Saving the most romantic ruin in Scotland

Fourteen years after Lex Brown became the owner of Castle Tioram in the West Highlands, Historic Scotland (HS) has made a spectacular volte face and indicated that it would be willing to consider favourably the principle of restoring and reoccupying the 13th-century ruin.

The former stronghold of the Macdonalds of Clanranald, which stands in a sublime landscape on a tidal islet in the throat of Loch Moidart, has not been properly occupied since the late 17th century. More recently, it became something of a cause célèbre as the focus of a high-profile debate about whether a ruin is better off as a cultural artefact, or roofed and occupied as it was built to be.

Much of what is now known about the category A-listed Scheduled Monument was discovered in extensive research funded by Mr Brown, who, ignoring a sentence in the sales particulars that read ‘HS… have indicated that full restoration of the castle to a dwelling is unlikely to be permitted’, commissioned ARP Lorimer & Associates to draw up plans to make Tioram habitable. His scheme was supported by The Highland Council, architects, historians, structural engineers, the local community and the wider general public, but HS refused Scheduled Monument Consent.

The decision was upheld at a public inquiry in 2002 on the grounds that the application would not secure the preservation of the ancient monument as required by the 1979 Act. It was also seen not to comply with guidance contained in various conservation charters and Government publications. As HS stated: ‘The castle has an air of being untouched, which contributes to a sensation that what one sees is truly authentic. As a spectacular, complex and, apparently, untouched ruin, Castle Tioram’s inspirational, aesthetic qualities appeal to many, both locals and visitors.’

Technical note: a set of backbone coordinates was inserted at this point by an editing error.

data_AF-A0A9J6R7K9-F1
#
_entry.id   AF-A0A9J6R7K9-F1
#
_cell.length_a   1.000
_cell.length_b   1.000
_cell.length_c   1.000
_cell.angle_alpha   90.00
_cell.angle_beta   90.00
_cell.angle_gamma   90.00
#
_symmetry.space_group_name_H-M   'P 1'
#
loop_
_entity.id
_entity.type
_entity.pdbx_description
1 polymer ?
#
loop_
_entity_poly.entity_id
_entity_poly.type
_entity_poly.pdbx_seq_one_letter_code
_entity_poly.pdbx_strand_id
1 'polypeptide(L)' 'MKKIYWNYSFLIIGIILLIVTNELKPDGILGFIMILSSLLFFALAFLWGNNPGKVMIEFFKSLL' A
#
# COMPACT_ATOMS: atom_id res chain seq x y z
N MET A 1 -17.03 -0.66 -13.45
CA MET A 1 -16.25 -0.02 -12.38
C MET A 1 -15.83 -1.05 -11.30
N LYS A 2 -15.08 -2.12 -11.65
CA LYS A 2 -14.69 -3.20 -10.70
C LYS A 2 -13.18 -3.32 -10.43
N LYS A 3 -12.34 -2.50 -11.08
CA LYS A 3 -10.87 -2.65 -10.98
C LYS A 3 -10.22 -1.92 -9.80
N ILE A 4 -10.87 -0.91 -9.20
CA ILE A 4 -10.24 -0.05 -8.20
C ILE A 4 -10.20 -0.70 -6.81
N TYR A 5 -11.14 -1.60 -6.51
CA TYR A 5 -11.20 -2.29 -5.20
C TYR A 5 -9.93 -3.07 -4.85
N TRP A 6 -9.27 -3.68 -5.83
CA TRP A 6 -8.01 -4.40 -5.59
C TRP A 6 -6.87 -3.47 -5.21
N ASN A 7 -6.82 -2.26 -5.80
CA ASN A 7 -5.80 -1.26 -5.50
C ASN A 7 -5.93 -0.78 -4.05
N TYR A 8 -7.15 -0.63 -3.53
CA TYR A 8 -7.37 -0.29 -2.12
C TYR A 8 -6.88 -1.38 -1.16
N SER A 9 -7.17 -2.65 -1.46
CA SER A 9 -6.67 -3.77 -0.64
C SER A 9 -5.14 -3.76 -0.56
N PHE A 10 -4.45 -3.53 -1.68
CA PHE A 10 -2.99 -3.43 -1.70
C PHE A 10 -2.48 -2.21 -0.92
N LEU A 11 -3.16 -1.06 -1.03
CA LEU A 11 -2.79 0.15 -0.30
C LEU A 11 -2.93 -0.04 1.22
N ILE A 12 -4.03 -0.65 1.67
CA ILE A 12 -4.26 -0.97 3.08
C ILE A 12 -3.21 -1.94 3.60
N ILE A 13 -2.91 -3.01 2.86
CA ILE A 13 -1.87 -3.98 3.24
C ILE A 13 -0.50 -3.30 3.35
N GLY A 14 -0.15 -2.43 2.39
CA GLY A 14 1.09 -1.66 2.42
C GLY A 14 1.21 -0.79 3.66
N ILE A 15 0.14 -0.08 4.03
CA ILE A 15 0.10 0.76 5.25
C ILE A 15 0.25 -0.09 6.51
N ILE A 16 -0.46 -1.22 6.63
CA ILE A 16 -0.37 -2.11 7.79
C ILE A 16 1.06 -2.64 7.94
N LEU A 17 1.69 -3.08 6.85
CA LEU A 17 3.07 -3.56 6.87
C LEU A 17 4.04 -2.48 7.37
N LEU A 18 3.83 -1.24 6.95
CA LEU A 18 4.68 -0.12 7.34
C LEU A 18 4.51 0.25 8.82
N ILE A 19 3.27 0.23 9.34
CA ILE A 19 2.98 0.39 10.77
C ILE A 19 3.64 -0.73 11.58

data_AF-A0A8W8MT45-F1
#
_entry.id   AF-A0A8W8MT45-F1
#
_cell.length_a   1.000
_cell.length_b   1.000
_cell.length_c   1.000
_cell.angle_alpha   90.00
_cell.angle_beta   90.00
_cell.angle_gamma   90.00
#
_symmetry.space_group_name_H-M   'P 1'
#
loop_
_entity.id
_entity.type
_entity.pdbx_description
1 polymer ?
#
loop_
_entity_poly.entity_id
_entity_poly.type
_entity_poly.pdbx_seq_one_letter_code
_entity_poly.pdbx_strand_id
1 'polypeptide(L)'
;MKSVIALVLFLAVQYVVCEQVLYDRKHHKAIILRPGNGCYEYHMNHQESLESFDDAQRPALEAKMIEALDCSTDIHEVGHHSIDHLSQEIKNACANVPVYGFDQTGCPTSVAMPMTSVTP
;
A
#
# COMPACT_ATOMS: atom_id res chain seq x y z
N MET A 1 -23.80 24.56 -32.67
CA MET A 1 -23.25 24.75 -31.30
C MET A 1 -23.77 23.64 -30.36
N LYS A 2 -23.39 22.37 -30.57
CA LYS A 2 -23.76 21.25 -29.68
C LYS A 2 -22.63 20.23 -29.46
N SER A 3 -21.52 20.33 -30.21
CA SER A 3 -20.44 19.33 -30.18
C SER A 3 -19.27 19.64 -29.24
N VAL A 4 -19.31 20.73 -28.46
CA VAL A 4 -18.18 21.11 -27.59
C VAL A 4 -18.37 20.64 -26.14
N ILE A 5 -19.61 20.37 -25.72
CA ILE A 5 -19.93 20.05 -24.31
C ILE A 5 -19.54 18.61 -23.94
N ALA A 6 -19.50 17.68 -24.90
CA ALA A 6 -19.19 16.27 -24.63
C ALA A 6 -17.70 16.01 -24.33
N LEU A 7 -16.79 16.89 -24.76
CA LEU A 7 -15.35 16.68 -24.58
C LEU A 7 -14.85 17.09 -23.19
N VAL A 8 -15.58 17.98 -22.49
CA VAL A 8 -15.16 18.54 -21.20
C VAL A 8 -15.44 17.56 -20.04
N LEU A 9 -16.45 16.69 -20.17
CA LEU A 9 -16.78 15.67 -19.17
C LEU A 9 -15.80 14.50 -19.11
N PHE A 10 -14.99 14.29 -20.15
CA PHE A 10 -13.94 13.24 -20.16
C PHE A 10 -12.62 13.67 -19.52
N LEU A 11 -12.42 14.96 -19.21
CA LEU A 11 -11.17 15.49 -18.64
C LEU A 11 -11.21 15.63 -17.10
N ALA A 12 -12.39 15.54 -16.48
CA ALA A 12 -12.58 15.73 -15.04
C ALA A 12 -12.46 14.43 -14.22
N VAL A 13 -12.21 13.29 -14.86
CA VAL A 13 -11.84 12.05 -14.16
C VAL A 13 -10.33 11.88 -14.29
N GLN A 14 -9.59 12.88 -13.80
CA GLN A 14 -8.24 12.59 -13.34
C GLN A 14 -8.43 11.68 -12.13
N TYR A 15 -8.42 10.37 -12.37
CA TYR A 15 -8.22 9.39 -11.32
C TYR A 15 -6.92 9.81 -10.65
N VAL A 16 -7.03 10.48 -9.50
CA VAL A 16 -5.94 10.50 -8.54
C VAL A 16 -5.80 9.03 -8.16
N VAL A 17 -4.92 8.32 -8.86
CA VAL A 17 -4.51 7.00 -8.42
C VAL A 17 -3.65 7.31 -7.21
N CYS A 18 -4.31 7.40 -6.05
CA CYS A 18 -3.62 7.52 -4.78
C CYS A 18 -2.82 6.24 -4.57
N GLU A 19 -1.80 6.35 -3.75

Mr Brown, a businessman with local roots, had already spent more than £2 million and was determined not to give up. In 2006, he was encouraged by HS to spend a further £25,000 on producing a third Statement of Cultural Significance, but he explains: ‘When assurances that they would engage in positive discussion proved abortive, I decided to turn to the politicians.’ Notable among these was the then SNP Minister for Culture, Mike Russell, who launched the Scottish Castle Initiative ( in 2009.

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‘The past few years have seen a welcome sea change at HS,’ says Mr Brown. ‘They now agree that, in the light of Tioram’s ongoing deterioration, a scheme for reoccupation is the only viable means to achieve its long-term preservation and have invited me to reapply for Scheduled Monument Consent. There will be a policy of minimum intervention and every effort will be made to preserve the existing fabric of the castle. Tioram will be publicly accessible and once again it will function as a living building.’

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